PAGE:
I'm sorry I haven't had time to read through the whole thread.
I thought I would share my birth anecdote, although I don't think there were any insurance coverage issues (it's that his malpractice insurance won't cover breech, right?) in my situation.
My twin B had been pretty insistantly breech for the third trimester. He was the larger twin, too, and according to the u/s techs baby A was pretty spread out (even though he was smaller.) I went for some Webster chiropractic sessions (this very successfully turned my first child, who was breech at term) but for whatever reason it just didn't seem likely to work this time around, with a different chiropractor and the particular positioning/space situation.
If twin B was breech when I went into labor, my OB was planning to attempt an external version after baby A's birth.
I went into labor at night on the weekend, and the on-call doctor was not my regular OB. The on-call physician came into the room after we arrived, introduced himself, and recommended a cesarean delivery for the second twin, because he was breech.
At this point, I spoke to him about what my doctor had intended to do, and also said that none of the perinatologists we'd worked with (at a different hospital an hour away) had seemed to think planning a vaginal birth with a breech twin B was outrageous or a bad idea. (I think the policy at that particular hospital would be a breech extraction for the second twin.)
I had a big problem with consenting to an automatic c-section. I said that I wanted to see what happened after the first baby was born....maybe the second twin would turn vertex, given opportunity. If not, maybe assisting him with an internal version would work. Why plan a pre-emptive c-section when we didn't even know what would happen?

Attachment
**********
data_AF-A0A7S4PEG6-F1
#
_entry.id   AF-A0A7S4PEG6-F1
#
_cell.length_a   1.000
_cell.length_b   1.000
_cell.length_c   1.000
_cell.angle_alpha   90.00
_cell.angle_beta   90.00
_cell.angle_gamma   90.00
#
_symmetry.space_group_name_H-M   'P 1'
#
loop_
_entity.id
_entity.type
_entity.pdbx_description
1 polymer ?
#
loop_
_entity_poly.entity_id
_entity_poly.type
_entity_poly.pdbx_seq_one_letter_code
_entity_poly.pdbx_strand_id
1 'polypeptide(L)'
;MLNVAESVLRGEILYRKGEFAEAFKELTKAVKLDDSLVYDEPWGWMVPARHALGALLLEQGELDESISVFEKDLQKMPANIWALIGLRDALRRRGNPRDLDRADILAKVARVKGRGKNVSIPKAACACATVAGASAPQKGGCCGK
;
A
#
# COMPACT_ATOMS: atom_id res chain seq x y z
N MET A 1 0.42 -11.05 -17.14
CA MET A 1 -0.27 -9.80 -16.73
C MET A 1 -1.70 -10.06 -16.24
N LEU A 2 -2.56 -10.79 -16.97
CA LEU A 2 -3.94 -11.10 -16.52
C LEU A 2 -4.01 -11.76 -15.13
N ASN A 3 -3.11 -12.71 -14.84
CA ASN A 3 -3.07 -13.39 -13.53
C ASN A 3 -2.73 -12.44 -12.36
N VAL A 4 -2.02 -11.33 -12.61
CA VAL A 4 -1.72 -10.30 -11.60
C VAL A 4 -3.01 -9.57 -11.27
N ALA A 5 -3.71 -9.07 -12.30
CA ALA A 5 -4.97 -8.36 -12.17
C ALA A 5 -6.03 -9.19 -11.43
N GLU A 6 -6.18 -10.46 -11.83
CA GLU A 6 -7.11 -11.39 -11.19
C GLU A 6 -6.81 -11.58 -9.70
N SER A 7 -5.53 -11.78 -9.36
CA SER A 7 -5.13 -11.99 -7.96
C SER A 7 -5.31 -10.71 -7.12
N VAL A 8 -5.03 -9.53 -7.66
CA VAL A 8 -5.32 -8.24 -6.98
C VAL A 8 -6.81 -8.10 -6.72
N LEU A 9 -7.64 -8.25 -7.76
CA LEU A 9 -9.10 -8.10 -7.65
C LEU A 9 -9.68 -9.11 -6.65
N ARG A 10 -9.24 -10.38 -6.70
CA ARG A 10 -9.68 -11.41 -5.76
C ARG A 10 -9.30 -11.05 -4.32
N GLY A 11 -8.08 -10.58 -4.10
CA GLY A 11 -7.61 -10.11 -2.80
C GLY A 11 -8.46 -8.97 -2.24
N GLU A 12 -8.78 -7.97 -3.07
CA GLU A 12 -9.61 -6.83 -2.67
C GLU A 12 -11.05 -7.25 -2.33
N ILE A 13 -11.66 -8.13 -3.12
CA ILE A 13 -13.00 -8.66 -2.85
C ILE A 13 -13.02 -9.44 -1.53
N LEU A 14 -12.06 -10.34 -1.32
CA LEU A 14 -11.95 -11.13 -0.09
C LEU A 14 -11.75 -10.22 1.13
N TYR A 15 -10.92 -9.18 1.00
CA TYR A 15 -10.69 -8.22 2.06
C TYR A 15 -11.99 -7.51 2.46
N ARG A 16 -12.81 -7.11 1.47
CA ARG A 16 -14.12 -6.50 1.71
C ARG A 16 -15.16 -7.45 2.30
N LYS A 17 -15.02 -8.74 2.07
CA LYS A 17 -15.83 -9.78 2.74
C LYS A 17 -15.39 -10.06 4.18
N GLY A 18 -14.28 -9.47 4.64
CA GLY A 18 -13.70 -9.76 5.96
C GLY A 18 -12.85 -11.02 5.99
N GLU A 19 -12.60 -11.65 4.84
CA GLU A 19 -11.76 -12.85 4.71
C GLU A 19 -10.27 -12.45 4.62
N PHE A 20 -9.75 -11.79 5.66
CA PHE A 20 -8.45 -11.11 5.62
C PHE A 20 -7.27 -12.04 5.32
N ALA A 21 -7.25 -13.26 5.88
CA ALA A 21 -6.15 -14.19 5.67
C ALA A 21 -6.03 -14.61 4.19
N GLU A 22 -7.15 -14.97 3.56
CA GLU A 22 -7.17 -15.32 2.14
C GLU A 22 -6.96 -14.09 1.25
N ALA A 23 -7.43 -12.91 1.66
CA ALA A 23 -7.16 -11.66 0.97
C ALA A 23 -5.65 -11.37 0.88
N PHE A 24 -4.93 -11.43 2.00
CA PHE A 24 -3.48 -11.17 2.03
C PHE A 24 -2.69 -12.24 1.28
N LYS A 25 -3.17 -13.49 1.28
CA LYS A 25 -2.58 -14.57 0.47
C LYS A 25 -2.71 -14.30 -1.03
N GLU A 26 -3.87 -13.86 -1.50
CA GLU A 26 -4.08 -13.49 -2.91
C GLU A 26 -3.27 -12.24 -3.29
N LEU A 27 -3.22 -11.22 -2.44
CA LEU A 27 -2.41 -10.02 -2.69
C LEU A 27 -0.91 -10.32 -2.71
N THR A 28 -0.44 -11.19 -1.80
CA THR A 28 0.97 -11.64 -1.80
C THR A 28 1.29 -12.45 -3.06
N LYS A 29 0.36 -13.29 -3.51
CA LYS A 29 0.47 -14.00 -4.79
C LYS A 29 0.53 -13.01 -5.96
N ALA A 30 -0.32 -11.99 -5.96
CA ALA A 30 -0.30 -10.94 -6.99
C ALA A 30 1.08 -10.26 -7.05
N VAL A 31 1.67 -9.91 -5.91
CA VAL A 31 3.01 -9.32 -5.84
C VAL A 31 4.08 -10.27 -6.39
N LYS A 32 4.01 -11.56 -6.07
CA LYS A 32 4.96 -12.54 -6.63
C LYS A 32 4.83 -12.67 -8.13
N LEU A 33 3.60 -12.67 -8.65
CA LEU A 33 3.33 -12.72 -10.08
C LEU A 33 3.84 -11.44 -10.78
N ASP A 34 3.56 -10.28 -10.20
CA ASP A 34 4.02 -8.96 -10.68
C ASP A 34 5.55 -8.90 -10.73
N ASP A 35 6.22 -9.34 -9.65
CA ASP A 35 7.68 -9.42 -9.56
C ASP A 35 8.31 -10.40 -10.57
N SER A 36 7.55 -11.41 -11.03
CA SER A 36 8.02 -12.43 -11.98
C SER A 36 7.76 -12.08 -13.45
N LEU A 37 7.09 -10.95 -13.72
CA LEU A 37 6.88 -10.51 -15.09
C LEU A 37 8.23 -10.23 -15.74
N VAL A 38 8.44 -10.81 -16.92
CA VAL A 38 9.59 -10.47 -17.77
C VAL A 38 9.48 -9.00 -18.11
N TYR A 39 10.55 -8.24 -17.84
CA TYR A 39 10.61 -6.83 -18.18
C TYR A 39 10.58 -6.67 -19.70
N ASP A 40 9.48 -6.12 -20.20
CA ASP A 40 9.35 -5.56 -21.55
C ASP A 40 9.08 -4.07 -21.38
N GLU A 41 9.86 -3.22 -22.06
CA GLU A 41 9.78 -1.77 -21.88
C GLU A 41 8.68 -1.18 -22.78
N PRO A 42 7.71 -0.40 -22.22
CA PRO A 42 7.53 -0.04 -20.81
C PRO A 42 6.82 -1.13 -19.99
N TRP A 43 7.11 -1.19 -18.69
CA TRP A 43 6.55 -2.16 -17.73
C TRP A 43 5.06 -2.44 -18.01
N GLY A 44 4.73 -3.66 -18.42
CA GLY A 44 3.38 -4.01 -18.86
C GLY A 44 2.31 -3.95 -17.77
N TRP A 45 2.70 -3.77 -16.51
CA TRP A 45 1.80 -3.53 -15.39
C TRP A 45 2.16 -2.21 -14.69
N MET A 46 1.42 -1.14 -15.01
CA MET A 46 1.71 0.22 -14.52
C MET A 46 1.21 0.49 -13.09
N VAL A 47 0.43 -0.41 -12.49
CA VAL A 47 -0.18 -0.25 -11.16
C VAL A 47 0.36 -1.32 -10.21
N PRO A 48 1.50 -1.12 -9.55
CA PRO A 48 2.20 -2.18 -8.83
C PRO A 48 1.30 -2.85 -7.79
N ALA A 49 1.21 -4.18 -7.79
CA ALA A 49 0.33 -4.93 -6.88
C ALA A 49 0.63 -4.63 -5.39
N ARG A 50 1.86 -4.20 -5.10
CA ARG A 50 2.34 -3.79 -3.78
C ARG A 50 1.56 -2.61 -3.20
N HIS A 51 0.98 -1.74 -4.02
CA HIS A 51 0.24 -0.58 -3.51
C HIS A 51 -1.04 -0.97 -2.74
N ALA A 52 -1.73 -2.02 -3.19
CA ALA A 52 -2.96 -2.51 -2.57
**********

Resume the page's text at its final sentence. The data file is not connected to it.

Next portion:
The doctor said he wouldn't consider an external version at all (I forget his reasons, but he seemed to think it was a really bad route, despite the fact that his colleague had been planning to attempt one -- I don't disagree with that, actually, and hadn't really wanted my OB to attempt one right off the bat), and he responded to "the perinatologists at the other hospital" bit by sort of poo-pooing their practices (without actually doing so. It was the vibe. Sort of an, "I'm from a little town called Los Angeles, and around there, we think...." wink-wink kind of minimizing of whatever standards were governing protocol in the upstate NY hospital with the perinatologists I'd referenced. Obviously, they weren't as current or up-to-date as those in the little town called Los Angeles....ugh.
In the end, he basically said since I was refusing the c-section, he would do a breech extraction. I don't think we actually got to the point of stating that clearly (I'm pretty sure he was going to return to the discussion with me), because they suddenly realized I was complete and ready to start pushing and all conversation halted. I remember wondering where we stood, but after the first twin was born I heard him tell someone he'd agreed to a breech extraction.